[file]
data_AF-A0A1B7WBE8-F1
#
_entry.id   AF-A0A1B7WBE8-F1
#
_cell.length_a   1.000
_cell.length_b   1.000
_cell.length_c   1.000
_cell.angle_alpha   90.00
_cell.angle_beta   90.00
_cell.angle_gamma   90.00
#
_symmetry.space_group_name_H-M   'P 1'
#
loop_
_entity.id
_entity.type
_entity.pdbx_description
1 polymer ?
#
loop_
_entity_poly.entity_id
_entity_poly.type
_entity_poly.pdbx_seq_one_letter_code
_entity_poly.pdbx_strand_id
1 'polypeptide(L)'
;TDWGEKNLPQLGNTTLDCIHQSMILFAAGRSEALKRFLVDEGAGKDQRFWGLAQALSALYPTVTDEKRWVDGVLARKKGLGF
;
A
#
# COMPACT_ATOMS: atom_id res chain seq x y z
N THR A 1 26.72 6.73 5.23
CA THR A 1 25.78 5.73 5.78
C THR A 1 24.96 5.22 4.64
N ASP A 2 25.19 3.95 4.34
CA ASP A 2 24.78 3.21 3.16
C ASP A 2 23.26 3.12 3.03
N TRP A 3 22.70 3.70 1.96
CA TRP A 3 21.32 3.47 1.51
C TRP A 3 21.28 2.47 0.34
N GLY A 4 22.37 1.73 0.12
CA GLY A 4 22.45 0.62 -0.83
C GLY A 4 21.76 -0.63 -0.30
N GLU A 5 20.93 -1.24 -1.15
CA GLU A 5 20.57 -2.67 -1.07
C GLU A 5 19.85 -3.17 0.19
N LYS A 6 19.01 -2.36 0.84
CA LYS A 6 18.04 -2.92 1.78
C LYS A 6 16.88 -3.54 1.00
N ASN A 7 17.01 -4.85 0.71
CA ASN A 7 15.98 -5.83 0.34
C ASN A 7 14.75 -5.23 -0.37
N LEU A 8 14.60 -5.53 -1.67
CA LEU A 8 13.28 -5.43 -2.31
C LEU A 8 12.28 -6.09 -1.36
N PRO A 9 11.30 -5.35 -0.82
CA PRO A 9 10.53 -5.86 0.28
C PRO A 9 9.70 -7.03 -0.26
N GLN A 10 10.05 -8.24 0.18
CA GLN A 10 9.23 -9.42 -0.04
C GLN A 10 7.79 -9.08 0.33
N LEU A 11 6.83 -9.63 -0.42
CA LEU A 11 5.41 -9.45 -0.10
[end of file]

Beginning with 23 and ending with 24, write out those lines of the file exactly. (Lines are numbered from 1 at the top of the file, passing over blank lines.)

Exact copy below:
_entity_poly.pdbx_seq_one_letter_code
_entity_poly.pdbx_strand_id